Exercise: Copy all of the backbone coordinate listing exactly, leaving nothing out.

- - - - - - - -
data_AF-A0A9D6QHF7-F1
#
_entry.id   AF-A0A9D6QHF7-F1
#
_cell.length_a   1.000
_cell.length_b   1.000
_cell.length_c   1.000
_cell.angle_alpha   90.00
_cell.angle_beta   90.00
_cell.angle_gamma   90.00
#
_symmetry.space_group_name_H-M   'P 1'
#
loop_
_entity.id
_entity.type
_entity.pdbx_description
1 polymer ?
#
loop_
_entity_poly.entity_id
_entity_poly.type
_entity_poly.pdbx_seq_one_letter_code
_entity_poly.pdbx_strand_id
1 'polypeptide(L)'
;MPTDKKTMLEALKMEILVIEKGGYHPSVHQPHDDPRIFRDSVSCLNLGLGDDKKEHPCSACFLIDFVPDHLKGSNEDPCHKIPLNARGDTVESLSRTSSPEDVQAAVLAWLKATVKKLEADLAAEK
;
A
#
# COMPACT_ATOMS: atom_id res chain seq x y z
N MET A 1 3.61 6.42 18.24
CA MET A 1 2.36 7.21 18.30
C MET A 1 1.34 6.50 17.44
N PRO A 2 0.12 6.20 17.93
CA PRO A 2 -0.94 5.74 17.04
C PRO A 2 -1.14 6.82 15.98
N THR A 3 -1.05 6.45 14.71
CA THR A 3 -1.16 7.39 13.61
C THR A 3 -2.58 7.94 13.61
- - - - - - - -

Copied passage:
data_AF-A0A9D6QHF7-F1
#
_entry.id   AF-A0A9D6QHF7-F1
#
_cell.length_a   1.000
_cell.length_b   1.000
_cell.length_c   1.000
_cell.angle_alpha   90.00
_cell.angle_beta   90.00
_cell.angle_gamma   90.00
#
_symmetry.space_group_name_H-M   'P 1'
#
loop_
_entity.id
_entity.type
_entity.pdbx_description
1 polymer ?
#
loop_
_entity_poly.entity_id
_entity_poly.type
_entity_poly.pdbx_seq_one_letter_code
_entity_poly.pdbx_strand_id
1 'polypeptide(L)'
;MPTDKKTMLEALKMEILVIEKGGYHPSVHQPHDDPRIFRDSVSCLNLGLGDDKKEHPCSACFLIDFVPDHLKGSNEDPCHKIPLNARGDTVESLSRTSSPEDVQAAVLAWLKATVKKLEADLAAEK
;
A
#
# COMPACT_ATOMS: atom_id res chain seq x y z
N MET A 1 3.61 6.42 18.24
CA MET A 1 2.36 7.21 18.30
C MET A 1 1.34 6.50 17.44
N PRO A 2 0.12 6.20 17.93
CA PRO A 2 -0.94 5.74 17.04
C PRO A 2 -1.14 6.82 15.98
N THR A 3 -1.05 6.45 14.71
CA THR A 3 -1.16 7.39 13.61
C THR A 3 -2.58 7.94 13.61